PARIS — On the outside, Rue du Vertbois in Paris’s third arrondissement will look mostly the same, but the interiors behind its historic storefronts are now undergoing a radical makeover. Cédric Naudon, a French banker and self-described design collector, has tapped the likes of design legends like Ingo Maurer, Paola Navone, Nendo, Atelier Mendini, the Campana Brothers, Tom Dixon, and more to transform the area into La Jeune Rue, a high-concept design and gastronomy destination. Naudon is gutting more than 40 spaces to make way for a Navone-designed Korean street food cart, an Andrea Branzi-designed movie theater, and Jasper Morrison-designed tapas bar, just to name a few, while taking care to preserve the street’s 18th-century facades.
The concept seems incredible, in the most literal sense of the word, a sentiment shared by the designers themselves.
“It’s so magical,” Eugeni Quitllet mused to ARTINFO during the La Jeune Rue press conference Thursday night. “Naudon asked me to do a cheese store. Why me? Why a cheese store?” Although the industrial designer is well versed in neither cheese nor interior design, he “accepted the mission,” and now plans to create a concept fromagerie in which cheese will be sold on a one-on-one basis, sans the usual display case. “Normally we see the cheese in the shop window, and we choose it just because it looks nice; we dont know where it comes from or what it means. Today we want to explain the history of every cheese, every season, why it will be better tomorrow, with what you can eat it with. It needs to be explained.” (And you do get to see it before you take it home with you.)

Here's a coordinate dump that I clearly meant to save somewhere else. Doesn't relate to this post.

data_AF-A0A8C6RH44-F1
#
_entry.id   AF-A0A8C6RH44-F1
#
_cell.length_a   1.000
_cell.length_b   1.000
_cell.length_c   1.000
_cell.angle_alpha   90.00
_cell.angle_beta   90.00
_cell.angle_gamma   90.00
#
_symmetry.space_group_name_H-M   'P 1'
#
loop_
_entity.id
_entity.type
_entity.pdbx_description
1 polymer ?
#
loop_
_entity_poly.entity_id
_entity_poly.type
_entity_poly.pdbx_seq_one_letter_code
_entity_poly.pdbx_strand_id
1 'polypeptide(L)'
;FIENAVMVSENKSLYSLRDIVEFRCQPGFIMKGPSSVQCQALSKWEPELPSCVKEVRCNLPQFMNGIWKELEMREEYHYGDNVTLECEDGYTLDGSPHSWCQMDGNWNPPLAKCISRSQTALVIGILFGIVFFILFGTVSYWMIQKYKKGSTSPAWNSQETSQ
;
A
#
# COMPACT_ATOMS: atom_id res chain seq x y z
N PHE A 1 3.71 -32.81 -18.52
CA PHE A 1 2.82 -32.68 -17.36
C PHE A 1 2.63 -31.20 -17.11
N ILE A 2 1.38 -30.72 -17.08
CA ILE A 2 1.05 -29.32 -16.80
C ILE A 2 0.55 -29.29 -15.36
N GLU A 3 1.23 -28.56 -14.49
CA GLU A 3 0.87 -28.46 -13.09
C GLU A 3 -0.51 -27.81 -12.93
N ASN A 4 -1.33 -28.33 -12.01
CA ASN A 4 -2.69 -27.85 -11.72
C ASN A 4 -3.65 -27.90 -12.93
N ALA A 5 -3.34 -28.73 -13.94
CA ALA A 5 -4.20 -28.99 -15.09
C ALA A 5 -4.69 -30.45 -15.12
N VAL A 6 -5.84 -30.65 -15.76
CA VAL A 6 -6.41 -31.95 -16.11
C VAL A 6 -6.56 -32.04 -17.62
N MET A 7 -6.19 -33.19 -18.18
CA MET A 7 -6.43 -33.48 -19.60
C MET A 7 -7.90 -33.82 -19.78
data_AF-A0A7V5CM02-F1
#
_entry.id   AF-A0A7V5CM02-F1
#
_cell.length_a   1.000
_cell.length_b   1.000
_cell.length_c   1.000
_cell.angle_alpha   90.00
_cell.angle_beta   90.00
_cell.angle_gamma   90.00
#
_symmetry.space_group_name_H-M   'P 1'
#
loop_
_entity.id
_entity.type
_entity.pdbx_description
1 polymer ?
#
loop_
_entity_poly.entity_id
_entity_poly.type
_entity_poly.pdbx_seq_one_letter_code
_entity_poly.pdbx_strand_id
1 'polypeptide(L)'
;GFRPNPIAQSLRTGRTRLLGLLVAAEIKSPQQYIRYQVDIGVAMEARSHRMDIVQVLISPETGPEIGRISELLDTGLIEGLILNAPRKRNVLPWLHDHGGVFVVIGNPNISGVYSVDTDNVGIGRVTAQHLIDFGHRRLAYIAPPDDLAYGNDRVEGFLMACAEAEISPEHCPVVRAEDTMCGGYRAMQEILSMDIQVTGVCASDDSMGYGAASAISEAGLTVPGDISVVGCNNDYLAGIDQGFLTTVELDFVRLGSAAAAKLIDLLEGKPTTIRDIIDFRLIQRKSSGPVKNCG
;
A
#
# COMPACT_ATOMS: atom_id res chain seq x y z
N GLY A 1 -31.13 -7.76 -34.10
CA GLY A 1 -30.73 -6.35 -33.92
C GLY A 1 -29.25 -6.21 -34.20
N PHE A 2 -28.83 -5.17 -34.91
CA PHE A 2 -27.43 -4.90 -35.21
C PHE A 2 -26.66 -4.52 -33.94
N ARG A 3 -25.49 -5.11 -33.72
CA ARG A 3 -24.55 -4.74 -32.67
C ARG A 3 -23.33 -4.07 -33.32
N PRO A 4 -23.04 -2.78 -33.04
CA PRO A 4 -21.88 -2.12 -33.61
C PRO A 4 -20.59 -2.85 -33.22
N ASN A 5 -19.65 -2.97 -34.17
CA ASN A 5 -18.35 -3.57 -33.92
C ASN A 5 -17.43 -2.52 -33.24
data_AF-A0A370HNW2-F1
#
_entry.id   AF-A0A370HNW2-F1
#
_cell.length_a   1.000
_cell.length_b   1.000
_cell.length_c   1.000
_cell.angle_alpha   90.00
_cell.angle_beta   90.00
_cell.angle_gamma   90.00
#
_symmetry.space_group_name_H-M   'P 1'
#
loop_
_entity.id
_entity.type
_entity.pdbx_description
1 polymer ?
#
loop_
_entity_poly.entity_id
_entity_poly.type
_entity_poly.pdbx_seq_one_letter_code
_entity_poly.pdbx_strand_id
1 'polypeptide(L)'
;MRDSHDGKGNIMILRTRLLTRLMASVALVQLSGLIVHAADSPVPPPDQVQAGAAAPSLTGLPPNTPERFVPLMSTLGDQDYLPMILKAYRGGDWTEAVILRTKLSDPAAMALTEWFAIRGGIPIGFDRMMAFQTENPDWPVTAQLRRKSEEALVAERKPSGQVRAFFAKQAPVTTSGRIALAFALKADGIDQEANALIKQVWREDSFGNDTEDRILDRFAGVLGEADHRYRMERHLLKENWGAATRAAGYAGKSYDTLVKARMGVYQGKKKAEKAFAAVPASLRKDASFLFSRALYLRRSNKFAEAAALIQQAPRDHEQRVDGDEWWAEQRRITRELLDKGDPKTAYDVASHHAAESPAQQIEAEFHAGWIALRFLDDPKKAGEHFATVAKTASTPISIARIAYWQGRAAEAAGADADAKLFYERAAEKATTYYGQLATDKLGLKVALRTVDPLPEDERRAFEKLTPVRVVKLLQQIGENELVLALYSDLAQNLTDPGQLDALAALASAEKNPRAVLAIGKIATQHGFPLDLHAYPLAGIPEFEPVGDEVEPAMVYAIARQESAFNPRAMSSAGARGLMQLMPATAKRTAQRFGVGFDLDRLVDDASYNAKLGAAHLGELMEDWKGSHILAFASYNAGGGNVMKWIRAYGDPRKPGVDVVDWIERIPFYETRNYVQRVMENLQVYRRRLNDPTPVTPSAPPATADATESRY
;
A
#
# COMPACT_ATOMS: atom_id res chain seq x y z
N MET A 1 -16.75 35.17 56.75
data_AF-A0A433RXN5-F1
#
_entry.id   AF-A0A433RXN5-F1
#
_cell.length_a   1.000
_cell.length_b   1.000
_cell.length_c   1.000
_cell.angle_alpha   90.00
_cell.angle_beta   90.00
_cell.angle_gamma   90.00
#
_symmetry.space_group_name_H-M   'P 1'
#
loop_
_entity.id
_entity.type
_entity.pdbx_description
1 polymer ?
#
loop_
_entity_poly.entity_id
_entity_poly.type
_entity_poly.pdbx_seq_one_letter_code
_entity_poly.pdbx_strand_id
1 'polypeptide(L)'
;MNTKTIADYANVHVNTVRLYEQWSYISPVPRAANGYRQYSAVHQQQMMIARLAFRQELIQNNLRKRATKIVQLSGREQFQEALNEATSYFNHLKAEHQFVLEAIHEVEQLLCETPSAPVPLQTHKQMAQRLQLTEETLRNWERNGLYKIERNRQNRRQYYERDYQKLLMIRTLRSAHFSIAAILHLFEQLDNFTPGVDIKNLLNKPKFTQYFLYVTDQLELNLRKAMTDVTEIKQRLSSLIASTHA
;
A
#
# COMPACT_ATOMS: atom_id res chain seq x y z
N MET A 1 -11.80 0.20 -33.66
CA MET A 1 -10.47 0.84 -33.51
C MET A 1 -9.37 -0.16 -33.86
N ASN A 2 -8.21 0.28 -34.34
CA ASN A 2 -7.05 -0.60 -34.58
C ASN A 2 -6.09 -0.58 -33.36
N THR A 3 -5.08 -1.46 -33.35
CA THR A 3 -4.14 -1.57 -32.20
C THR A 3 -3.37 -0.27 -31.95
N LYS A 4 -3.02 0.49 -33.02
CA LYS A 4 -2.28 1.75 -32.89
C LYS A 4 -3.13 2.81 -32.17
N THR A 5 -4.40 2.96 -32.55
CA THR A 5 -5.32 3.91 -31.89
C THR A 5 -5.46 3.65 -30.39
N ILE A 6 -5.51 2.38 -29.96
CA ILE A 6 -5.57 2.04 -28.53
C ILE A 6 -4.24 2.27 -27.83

This mix of haute cuisine with star design power and due respect to the original facades served Naudon well just over a year ago when he opened Le Sergent Recruteur, the two Michelin-starred restaurant he gave Jaime Hayon (who’s contributing a Japanese club to the current project) free reign to design, and its resulting medieval motifs riff on the original architecture of Paris’s normally tourists-only Île Saint-Louis where it’s found. Now stretched to the length of an entire street (plus spillover onto the adjacent Rue Volta and Rue Notre-Dame de Nazareth) Naudon’s recipe for success still seems to be growing. He very recently added London-based youngsters Benjamin Hubert and Paul Cocksedge to his list, and at the time of a press preview on Thursday night, they had already begun scouting their own locations, although their specific projects are yet to be determined. The first shops are scheduled to open at the end of April with another round scheduled to open in September. The full list of confirmed projects is below.
— Janelle Zara (@janellezara)
Image by Janelle Zara and via iTEM PR